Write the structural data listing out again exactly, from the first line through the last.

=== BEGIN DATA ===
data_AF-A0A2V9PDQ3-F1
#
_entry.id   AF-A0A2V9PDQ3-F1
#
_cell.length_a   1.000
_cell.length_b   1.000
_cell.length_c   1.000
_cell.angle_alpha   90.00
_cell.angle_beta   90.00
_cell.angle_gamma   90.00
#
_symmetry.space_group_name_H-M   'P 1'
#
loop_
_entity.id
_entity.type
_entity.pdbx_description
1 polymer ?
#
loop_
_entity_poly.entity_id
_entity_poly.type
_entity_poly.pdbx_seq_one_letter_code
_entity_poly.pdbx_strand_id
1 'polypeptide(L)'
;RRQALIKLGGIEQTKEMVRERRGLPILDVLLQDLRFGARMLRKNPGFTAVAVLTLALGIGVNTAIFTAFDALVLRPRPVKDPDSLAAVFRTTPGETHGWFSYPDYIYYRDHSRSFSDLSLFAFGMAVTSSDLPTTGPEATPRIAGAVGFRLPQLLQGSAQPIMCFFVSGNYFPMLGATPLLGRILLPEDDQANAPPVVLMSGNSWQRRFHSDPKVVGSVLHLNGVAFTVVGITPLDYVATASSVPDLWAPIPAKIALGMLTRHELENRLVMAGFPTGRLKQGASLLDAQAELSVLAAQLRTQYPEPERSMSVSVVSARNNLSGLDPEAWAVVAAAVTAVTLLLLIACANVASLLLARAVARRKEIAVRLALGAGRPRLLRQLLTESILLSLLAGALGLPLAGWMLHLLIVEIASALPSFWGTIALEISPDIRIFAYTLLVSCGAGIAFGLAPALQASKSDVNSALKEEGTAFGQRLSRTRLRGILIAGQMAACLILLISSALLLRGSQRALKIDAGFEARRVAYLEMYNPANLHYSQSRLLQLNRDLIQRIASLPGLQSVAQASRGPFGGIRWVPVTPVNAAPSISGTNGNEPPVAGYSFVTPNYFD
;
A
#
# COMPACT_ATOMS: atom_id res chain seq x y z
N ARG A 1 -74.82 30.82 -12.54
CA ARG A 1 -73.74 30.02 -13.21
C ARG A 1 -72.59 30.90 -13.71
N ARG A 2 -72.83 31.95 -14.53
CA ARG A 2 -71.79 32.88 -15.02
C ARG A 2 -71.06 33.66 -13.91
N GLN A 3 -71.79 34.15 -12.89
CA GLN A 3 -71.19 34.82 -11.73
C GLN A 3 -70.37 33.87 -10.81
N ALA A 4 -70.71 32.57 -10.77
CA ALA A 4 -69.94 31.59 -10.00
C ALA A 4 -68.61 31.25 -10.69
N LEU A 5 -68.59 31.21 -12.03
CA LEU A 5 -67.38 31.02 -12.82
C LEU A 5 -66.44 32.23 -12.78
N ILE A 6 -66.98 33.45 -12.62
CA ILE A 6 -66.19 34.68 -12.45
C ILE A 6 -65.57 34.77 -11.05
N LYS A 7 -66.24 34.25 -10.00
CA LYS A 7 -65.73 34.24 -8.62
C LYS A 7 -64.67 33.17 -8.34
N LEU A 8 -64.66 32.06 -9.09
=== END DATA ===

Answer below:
data_AF-A0A2V9PDQ3-F1
#
_entry.id   AF-A0A2V9PDQ3-F1
#
_cell.length_a   1.000
_cell.length_b   1.000
_cell.length_c   1.000
_cell.angle_alpha   90.00
_cell.angle_beta   90.00
_cell.angle_gamma   90.00
#
_symmetry.space_group_name_H-M   'P 1'
#
loop_
_entity.id
_entity.type
_entity.pdbx_description
1 polymer ?
#
loop_
_entity_poly.entity_id
_entity_poly.type
_entity_poly.pdbx_seq_one_letter_code
_entity_poly.pdbx_strand_id
1 'polypeptide(L)'
;RRQALIKLGGIEQTKEMVRERRGLPILDVLLQDLRFGARMLRKNPGFTAVAVLTLALGIGVNTAIFTAFDALVLRPRPVKDPDSLAAVFRTTPGETHGWFSYPDYIYYRDHSRSFSDLSLFAFGMAVTSSDLPTTGPEATPRIAGAVGFRLPQLLQGSAQPIMCFFVSGNYFPMLGATPLLGRILLPEDDQANAPPVVLMSGNSWQRRFHSDPKVVGSVLHLNGVAFTVVGITPLDYVATASSVPDLWAPIPAKIALGMLTRHELENRLVMAGFPTGRLKQGASLLDAQAELSVLAAQLRTQYPEPERSMSVSVVSARNNLSGLDPEAWAVVAAAVTAVTLLLLIACANVASLLLARAVARRKEIAVRLALGAGRPRLLRQLLTESILLSLLAGALGLPLAGWMLHLLIVEIASALPSFWGTIALEISPDIRIFAYTLLVSCGAGIAFGLAPALQASKSDVNSALKEEGTAFGQRLSRTRLRGILIAGQMAACLILLISSALLLRGSQRALKIDAGFEARRVAYLEMYNPANLHYSQSRLLQLNRDLIQRIASLPGLQSVAQASRGPFGGIRWVPVTPVNAAPSISGTNGNEPPVAGYSFVTPNYFD
;
A
#
# COMPACT_ATOMS: atom_id res chain seq x y z
N ARG A 1 -74.82 30.82 -12.54
CA ARG A 1 -73.74 30.02 -13.21
C ARG A 1 -72.59 30.90 -13.71
N ARG A 2 -72.83 31.95 -14.53
CA ARG A 2 -71.79 32.88 -15.02
C ARG A 2 -71.06 33.66 -13.91
N GLN A 3 -71.79 34.15 -12.89
CA GLN A 3 -71.19 34.82 -11.73
C GLN A 3 -70.37 33.87 -10.81
N ALA A 4 -70.71 32.57 -10.77
CA ALA A 4 -69.94 31.59 -10.00
C ALA A 4 -68.61 31.25 -10.69
N LEU A 5 -68.59 31.21 -12.03
CA LEU A 5 -67.38 31.02 -12.82
C LEU A 5 -66.44 32.23 -12.78
N ILE A 6 -66.98 33.45 -12.62
CA ILE A 6 -66.19 34.68 -12.45
C ILE A 6 -65.57 34.77 -11.05
N LYS A 7 -66.24 34.25 -10.00
CA LYS A 7 -65.73 34.24 -8.62
C LYS A 7 -64.67 33.17 -8.34
N LEU A 8 -64.66 32.06 -9.09